The amount of these residual compounds in the treated blood or blood component could be very substantial and when a patient is transfused with this treated blood or blood component the patient may be exposed to psoralens or psoralen degradation products. This exposure to psoralens or psoralen degradation products may in turn cause undesirable effects on the patient such as phototoxicity or other toxic effects associated with psoralen and their decomposition products. Therefore, it is highly desirable to remove the remaining psoralen derivatives or decomposed psoralen products from the treated blood or blood component before any human use.

Currently there are no methods published which have been shown to remove the psoralen compounds and their decomposition products from blood and blood products.

SUMMARY OF THE INVENTION

The present invention is drawn to a method for the removal of psoralen compounds and their decomposition products from psoralen-treated biological fluids, including but not limited to, blood and blood products. The method of the present invention utilizes a psoralen-adsorbent material which is contacted with the psoralen-treated biological fluid, such as blood or blood products. Biological fluids, blood or blood products that contain psoralen compounds or their decomposition products are treated according to the method of the present invention to produce a biological fluid, blood and blood components that are substantially free from psoralen compounds or psoralen decomposition products.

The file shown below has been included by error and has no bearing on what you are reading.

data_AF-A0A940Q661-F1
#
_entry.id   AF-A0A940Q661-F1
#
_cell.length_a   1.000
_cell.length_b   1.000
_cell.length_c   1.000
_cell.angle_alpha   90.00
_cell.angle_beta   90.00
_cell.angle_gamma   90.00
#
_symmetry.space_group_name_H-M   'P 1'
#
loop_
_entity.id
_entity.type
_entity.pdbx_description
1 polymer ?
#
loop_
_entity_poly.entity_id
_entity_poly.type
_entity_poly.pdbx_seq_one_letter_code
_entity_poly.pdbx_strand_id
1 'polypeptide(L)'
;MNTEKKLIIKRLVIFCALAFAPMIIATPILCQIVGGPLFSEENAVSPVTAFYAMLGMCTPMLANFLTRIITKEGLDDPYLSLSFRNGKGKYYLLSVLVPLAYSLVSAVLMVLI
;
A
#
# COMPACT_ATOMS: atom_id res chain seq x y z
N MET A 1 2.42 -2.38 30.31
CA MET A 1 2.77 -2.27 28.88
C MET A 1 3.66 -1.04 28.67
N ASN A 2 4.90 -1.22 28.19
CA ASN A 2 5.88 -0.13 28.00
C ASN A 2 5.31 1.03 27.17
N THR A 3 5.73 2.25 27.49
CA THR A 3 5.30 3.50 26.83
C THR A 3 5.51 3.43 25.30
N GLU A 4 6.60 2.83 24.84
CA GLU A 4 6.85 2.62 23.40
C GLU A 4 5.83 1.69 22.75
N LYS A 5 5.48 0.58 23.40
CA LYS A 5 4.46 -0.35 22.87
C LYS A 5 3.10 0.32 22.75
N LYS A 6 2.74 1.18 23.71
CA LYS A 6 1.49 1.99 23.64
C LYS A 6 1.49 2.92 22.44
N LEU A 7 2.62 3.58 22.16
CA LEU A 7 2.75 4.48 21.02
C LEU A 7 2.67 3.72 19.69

BRIEF DESCRIPTION OF THE DRAWINGS

FIG. 1 shows an overall general view of the usage of this adsorption device. The first container(9) contains already irradiated blood or blood component(11) which contains residual psoralen or psoralen derivatives such as 8-MOP, AMT, HMT or other psoralen derivative and its decomposition products during earlier ultraviolet A irradiation. The treated fluid(11) is pumped by the pump(13) through the adsorption device(1), where the residual photosensitizer(s) or its byproducts are removed, into the second container(10).

FIG. 2 shows a vertical cross-sectional view of the adsorption device(1). The cartridge is made of inlet cap(4), outlet cap(5), body casing(6), two stainless steel screens(7), and adsorbent(8). The stainless screens(7) contain the resin beads inside the cartridge and prevent them from coming out of the cartridge.

FIG. 3 shows a horizontal cross-sectional view of the device(1). The adsorbent(8) is microporous beads of the size approximately 0.1-2mm in diameter and made from polystyrene or polystyrene copolymerized with divinylbenzene. These microporous beads have pore sizes in the range of molecular level, 10-1000 Angstroms, and large pore surface area, 100-1,000 square meter per gram of the adsorbent. Good examples are XAD-4 and XAD-16 resin beads made by Rohm and Haas Company.